Further images of blood follow, and then (the two selves collapsing into one)
evocations of loathsome smells. The most intimate of the senses, smell invades the body even more than hearing does. As image of that penetration
"Where the Split Began"
Shelley has these smells assume a visible form in a "clinging, black, contaminating mist" that "glues / My fingers and my limbs to one another, / And eats
into my sinews, and dissolves / My flesh to a pollution" (III.i.17-22).
For both Thetis and Beatrice this sense of physical dissolution serves
merely as trope for a more appalling fear that subjectivity itself now permanently includes the "penetrating presence" of the rapist Other. This, a horrible but parallel version of Jupiter's plan to make Thetis "one" with himself, is
the ultimate suffering that Cenci intends to inflict on his daughter: "She shall
become (for what she most abhors / Shall have a fascination to entrap / Her
loathing will), to her own conscious self/ All she appears to others" (IV.i.8588). And Cenci almost succeeds. Condemned to die for having murdered him,
Beatrice quails before the possibility that after death there will be no God and
no Heaven but no oblivion either:
If all things then should be ... my father's spirit
His eyes, his voice, his touch surrounding me;
The atmosphere and breath of my dead life!
If sometimes, as a shape more like himself,
Even the form which tortured me on earth,
Masked in grey hairs and wrinkles, he should come
And wind me in his hellish arms, and fix
His eyes on mine, and drag me down, down, down!
For was he not alone omnipotent
On Earth, and ever present?
The fantasy is by no means irrational but, as I have noted, shows a psychologically astute understanding of the fluid nature of subjectivity. Beatrice's
stepmother, the loving but ineffectual Lucretia, offers an escape from it
through trust in "the tender promises of Christ" and the hope of attaining
Paradise. But Shelley's Beatrice can take no comfort from Lucretia's words:
"You do well telling me to trust in God, / 1 hope I do trust in him, In whom
else / Can any trust?" (V.iv.87-89). All the action of the play suggests that the
answer to her rhetorical question is "in no one—including God." One might
even say "especially not in God," since, as Curran points out, "the paternal
power in this play is almost mystical, a direct reflection of God's authority and
the Pope's" (Shelley's "Cenci" 67), and all three are manifestations of the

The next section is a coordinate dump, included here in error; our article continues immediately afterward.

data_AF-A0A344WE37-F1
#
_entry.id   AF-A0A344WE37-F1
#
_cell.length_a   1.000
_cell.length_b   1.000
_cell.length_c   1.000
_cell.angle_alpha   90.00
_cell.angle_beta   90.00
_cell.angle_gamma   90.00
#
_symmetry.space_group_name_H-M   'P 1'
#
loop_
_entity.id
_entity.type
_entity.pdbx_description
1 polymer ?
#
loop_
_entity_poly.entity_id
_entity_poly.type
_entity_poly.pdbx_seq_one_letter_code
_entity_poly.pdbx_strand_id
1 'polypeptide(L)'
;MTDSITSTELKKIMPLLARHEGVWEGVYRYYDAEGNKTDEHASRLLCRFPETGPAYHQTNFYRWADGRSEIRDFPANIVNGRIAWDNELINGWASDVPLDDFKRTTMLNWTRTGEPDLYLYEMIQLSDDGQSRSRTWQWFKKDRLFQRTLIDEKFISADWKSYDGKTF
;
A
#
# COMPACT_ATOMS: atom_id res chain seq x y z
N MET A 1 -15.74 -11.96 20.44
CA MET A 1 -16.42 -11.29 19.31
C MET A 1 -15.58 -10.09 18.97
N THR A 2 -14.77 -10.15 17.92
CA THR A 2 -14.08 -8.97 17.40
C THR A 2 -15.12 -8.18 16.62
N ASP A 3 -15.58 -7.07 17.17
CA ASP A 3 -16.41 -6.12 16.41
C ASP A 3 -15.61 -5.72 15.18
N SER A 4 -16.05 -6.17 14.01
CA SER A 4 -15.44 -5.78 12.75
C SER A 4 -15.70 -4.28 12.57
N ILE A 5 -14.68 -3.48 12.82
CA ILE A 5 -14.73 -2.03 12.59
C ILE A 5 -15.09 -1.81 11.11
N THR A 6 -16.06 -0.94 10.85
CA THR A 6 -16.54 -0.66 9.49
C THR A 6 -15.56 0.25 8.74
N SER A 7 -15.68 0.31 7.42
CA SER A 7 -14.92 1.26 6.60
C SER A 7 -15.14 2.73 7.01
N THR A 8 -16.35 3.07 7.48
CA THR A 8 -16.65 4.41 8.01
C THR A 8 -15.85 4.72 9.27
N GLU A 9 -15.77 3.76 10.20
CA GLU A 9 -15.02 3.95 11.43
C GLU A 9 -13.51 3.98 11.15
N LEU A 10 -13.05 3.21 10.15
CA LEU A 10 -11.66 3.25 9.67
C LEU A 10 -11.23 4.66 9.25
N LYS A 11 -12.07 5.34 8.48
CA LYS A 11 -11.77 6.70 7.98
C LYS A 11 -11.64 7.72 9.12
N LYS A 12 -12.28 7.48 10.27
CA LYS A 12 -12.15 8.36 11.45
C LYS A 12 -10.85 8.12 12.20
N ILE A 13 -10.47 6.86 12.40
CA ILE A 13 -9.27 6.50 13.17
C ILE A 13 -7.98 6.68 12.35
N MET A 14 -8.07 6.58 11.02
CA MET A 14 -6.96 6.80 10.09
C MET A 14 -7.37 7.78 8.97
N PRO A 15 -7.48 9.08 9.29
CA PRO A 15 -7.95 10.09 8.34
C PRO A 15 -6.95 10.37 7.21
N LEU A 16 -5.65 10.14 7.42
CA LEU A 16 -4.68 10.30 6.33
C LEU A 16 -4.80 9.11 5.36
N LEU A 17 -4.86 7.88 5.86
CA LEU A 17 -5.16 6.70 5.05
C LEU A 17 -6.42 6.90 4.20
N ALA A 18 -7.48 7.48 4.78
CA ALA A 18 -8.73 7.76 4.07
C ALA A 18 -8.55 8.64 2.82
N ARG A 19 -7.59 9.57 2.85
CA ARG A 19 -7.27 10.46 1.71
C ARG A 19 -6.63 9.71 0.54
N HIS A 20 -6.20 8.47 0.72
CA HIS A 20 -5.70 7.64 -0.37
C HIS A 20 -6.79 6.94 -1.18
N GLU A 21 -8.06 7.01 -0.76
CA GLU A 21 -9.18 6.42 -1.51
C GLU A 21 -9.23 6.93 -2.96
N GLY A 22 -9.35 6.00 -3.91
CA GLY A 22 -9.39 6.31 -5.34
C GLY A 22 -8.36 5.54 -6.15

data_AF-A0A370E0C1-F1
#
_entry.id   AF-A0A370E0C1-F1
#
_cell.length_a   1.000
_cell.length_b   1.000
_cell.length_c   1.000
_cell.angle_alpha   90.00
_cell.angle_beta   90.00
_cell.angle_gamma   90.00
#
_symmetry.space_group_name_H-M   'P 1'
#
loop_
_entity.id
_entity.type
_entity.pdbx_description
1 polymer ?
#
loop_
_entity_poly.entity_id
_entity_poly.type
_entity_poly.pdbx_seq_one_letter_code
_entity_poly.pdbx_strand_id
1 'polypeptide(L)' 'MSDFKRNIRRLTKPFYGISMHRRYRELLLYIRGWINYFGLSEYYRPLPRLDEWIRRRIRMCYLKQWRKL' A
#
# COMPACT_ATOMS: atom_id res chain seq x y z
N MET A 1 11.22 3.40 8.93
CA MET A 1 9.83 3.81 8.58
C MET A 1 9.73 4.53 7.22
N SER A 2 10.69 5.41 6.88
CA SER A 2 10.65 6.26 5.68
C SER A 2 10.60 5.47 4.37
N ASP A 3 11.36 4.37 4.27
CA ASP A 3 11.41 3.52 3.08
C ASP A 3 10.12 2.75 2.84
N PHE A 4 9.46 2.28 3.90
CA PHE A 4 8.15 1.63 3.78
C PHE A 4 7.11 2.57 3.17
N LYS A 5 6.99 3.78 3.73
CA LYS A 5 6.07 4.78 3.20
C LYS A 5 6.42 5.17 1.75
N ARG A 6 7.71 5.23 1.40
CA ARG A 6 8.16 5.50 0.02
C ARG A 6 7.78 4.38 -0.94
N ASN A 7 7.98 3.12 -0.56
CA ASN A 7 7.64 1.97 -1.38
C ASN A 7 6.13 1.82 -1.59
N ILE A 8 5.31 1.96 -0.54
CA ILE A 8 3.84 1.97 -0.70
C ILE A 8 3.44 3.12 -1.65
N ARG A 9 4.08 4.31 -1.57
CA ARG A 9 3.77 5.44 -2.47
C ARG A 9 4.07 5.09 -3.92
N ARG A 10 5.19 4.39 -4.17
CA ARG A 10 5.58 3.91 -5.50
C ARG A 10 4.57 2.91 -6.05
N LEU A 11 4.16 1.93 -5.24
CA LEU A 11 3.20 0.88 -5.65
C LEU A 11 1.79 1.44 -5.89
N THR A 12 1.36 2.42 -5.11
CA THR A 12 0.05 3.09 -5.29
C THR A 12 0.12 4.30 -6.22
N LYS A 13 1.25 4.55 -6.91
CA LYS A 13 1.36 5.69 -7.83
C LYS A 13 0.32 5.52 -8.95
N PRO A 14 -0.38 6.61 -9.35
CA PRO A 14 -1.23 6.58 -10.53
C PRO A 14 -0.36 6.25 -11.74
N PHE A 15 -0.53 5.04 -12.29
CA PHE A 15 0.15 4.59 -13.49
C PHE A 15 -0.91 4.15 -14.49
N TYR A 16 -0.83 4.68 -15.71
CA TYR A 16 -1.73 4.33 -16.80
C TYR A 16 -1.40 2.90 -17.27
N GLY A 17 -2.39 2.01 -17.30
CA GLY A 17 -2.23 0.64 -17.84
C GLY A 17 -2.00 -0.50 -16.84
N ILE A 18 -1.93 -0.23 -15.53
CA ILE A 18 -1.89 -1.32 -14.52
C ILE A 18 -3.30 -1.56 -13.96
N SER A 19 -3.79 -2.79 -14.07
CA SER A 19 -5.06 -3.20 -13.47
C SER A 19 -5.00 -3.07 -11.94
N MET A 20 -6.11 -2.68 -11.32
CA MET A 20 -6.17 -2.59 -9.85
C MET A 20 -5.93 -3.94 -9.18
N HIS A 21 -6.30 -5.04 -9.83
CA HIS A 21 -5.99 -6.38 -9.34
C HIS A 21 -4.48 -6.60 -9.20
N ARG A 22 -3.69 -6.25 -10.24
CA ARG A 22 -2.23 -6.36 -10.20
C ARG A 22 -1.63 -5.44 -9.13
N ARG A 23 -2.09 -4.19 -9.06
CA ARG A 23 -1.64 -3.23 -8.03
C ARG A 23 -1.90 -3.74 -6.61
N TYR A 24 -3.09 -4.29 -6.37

paternal power called Jupiter in Prometheus Unbound.
The "sad reality" (SPP 237) of the historically based Cenci contrasts
sharply with the mythic and Utopian Prometheus Unbound. In the one, having
characterized "revenge, retaliation, atonement" as "pernicious mistakes"
(SPP 240), Shelley dramatizes a situation in which Beatrice's only recourse in
the face of subjective dissolution is murder. No Demogorgon rises to her
rescue. Indeed, the murder of Cenci itself does not offer a resolution, since it
leaves her still in danger of possession by her father's spirit. Only acceptance
of death as reunion with the mother exorcises that paternal spirit and makes it
possible for Beatrice to die bravely (V.iv. 115-18). As I shall shortly discuss,
Re-Membering the Mother
relationship with the mother is of similarly crucial significance in Prometheus
Also, if one puts aside the kind of response to patriarchal appropriation of
subjectivity available to the protagonists in the two plays and focuses rather
on that appropriation itself, one can see a parallel between the myth and its
reflection in history. Both Prometheus Unbound and The Cenci suggest that
the patriarchal assault on subjectivity that seeks finally to appropriate sexuality itself acts as "the last straw" in the cliche, the last snowflake in Shelley's
metaphor, which overwhelms Cenci in death, Jupiter in the downfall created
by the appearance of Demogorgon.
Crook and Guiton, building on Matthews's association of Demogorgon
with the many-headed rebel giant Typhon and on Pulos's theory that the
Malthusian fatal Child envisioned by Jupiter turns out to be his doom, offer an